Wednesday, August 28, 2013

Painting kitchen cabinets

This summer we (I was the driving force, but Ryan went along with it) decided to freshen up our kitchen. 

(before)


We got new counter tops, painted the cabinets (were oak, now white), added hardware (for looks and function, we didn't have any hardware before), added wainscoting, swapped out our table for something that fits better, and left to do is a DIY back splash, new kick plate, and window treatments.

By far, the bulk of the time and energy of this entire project has been painting the cabinets.  It has been worth it - it is so much brighter!

The engineer in me did a lot of reading online, looking for the best way to do this.  of course, each source had a little bit different recommendation, which was frustrating, but I ended up settling on a method that seemed to work out well.  When in doubt I asked people at the stores for their opinion. :) 

My favorite resource was This Old House

Here are the steps I followed: 

1) Remove cabinet doors and drawer fronts.  Be sure to label which ones go in what location!!  I set up in the garage by stringing boards across saw horses, that way I wouldn't have to bend over and could line up several cabinets at once. 

2) Scrub down all surfaces with TSP degreaser. 


  • If you want to add wainscoting, do that here instead of what I did, which was to add it as an after thought ;)

3) Fill any holes with wood putty if necessary (doors and cabinet bases)

4) Sand all surfaces (doors and cabinet bases) well using 100 grit sand paper.   I sanded by hand and it was extremely tedious.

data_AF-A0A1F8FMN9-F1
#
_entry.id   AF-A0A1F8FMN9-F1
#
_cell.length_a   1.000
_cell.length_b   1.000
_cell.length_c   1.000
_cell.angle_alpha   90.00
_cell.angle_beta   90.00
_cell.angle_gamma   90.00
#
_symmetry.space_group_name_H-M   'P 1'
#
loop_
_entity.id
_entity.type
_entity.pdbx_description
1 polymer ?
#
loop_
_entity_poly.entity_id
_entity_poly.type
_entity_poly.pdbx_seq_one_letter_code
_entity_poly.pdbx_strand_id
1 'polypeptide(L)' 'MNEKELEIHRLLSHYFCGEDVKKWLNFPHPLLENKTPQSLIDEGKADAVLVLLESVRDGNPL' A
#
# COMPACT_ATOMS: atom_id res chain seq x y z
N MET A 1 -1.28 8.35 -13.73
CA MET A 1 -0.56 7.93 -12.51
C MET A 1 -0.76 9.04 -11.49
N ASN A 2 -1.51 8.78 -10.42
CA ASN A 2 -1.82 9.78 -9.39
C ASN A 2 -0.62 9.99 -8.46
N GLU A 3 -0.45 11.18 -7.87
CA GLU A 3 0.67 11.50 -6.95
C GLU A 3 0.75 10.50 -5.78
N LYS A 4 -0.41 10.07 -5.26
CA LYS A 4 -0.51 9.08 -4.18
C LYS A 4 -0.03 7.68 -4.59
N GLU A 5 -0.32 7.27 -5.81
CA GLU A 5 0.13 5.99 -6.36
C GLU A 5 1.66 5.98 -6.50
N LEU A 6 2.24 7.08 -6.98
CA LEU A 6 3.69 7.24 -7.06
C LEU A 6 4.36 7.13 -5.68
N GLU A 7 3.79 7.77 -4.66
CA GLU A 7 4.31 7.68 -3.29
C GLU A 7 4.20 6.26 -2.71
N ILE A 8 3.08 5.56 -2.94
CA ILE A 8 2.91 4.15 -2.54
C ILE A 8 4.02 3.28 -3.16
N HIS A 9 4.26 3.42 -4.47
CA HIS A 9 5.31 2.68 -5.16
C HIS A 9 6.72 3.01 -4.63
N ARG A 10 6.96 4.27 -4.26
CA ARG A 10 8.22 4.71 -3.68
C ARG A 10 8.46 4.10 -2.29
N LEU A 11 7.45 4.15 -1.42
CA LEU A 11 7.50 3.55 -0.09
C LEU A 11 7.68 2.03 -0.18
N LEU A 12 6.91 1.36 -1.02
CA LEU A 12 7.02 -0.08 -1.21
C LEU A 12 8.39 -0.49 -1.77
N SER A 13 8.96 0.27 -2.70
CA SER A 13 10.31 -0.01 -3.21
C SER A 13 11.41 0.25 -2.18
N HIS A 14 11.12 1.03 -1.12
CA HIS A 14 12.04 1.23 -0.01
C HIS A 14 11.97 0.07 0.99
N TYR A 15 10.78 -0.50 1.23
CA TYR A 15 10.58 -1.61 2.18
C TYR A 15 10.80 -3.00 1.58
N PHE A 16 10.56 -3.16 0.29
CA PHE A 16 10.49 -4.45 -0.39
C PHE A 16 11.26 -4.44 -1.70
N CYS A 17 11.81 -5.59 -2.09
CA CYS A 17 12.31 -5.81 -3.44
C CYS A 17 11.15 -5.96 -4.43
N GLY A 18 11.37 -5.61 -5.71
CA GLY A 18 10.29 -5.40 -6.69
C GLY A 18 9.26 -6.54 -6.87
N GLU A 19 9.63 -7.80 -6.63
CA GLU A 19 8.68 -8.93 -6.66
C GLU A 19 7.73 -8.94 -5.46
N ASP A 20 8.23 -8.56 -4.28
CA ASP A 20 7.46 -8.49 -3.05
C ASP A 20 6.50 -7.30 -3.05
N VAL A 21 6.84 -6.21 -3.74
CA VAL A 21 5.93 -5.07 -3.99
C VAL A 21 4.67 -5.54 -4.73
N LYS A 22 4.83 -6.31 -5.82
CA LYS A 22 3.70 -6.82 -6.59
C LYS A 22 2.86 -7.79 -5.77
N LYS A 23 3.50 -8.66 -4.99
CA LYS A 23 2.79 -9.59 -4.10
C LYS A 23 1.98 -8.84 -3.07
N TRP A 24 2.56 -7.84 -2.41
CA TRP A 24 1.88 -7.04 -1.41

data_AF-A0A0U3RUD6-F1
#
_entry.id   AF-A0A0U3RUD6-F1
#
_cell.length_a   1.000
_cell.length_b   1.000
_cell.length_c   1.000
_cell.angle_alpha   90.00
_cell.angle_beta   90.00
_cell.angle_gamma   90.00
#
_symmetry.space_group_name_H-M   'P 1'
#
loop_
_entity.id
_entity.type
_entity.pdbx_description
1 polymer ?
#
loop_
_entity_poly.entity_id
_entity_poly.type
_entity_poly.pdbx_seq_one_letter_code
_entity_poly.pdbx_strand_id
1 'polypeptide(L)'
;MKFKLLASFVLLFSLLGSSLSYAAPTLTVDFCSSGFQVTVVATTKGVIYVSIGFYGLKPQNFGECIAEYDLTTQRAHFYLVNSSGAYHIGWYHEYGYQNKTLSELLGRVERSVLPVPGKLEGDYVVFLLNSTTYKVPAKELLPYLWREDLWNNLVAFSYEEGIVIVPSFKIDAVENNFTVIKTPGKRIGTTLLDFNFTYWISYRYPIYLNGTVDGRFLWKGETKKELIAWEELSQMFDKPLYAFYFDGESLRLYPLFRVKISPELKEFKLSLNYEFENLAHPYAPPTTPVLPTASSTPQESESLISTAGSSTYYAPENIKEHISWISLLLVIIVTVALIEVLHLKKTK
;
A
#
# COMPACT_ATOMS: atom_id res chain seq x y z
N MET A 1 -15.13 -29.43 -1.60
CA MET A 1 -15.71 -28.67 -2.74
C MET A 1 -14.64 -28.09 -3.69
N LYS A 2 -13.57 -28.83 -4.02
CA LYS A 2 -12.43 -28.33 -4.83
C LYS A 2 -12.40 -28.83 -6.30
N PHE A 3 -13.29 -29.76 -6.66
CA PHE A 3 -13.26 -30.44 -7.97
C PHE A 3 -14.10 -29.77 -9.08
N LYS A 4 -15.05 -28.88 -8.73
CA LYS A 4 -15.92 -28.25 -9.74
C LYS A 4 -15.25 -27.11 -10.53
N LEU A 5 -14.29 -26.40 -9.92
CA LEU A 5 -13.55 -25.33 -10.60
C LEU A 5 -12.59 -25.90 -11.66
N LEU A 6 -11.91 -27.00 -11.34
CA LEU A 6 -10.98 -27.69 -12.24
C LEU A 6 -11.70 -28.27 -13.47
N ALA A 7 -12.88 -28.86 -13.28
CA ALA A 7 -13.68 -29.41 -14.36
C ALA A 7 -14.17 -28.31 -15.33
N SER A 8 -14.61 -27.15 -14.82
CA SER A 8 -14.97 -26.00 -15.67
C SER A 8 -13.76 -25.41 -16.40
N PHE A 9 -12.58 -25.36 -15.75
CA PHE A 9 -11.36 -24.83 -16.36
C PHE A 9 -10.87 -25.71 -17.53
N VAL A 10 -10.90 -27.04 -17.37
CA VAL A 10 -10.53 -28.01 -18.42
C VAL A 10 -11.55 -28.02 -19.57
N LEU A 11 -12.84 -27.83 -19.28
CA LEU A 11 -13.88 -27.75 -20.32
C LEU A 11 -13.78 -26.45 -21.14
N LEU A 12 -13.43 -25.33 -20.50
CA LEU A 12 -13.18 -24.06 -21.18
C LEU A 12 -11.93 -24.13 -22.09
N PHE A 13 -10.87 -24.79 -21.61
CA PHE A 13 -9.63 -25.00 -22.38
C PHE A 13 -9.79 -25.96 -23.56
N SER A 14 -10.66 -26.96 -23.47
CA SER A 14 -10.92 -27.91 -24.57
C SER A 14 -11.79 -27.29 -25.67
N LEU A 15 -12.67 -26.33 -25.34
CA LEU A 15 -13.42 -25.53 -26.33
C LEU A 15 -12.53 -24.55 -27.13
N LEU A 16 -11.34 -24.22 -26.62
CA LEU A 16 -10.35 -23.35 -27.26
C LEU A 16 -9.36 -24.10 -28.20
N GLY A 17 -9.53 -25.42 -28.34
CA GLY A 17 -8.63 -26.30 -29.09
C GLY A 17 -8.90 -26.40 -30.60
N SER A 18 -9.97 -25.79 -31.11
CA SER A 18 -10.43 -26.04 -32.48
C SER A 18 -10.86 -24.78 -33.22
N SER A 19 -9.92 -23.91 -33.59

5) I vacuumed up the dust, and then used tack cloth to remove any particles for a perfectly clean surface.

6) Use painters tape along floor and walls for cabinet bases.  I also used rosin paper to cover and protect our counter tops. 



7)  Apply primer coats.  I gave up trying to decide which primer was best, and just went with the Zinsser Bullseye 1-2-3.  It seemed to work well. 


  • I started off with 3 coats (I did all the top cabinets first, then the bottom cabinets next, to make the batches more manageable) and ended up just using 2 later on.  I think 2 was sufficient. 
  • I used 2 inch (mostly) and 4 inch foam rollers.  It worked well, but I had to make sure the coats were thin so it didn't leave streaks.  I also used a 1" brush to get in the little cracks and do the trimwork. 
  • If you have kids around, I found it was best to apply coats to the cabinet bases after the kids went to bed (so it was dry when they woke up). I'm at at-home mom, so I applied coats to the cabinet doors when the kiddos napped.  
  • Be sure coats are completely dry before flipping cabinet doors over.  Andalso use 200 grit sand paper between paint and primer coats. 




8) Apply paint coats. I used enamel semi-gloss Alabaster White paint from Sherwin Williams.  It is a perfect warm white but not cream that a friend found for me on Pinterest. :) 

  • As in step 7, I again used foam rollers, 220 grit sand paper between coats, and needed 2 paint coats.
  • I know some people do, but I did not apply a clear poly coat, for fear it would yellow.



9) Let paint cure and then it's time to hang your cabinet doors back up!  Add or change hardware if you'd like.


It took me about 2.5 months to complete the cabinet refinishing.  I definitely didn't want to give up full weekends or miss out on any fun summer activities, so I fit it in when i was able to and took my time. 

Click here to see my instagram photos of progress along the way.  

Once I finish the last details, I'll post again with before and afters!  If you have any questions, let me know!  If you're like me and you're not sure where to start, I'd recommend writing down the steps you want to use and a list of what you need to buy in order to get started. 

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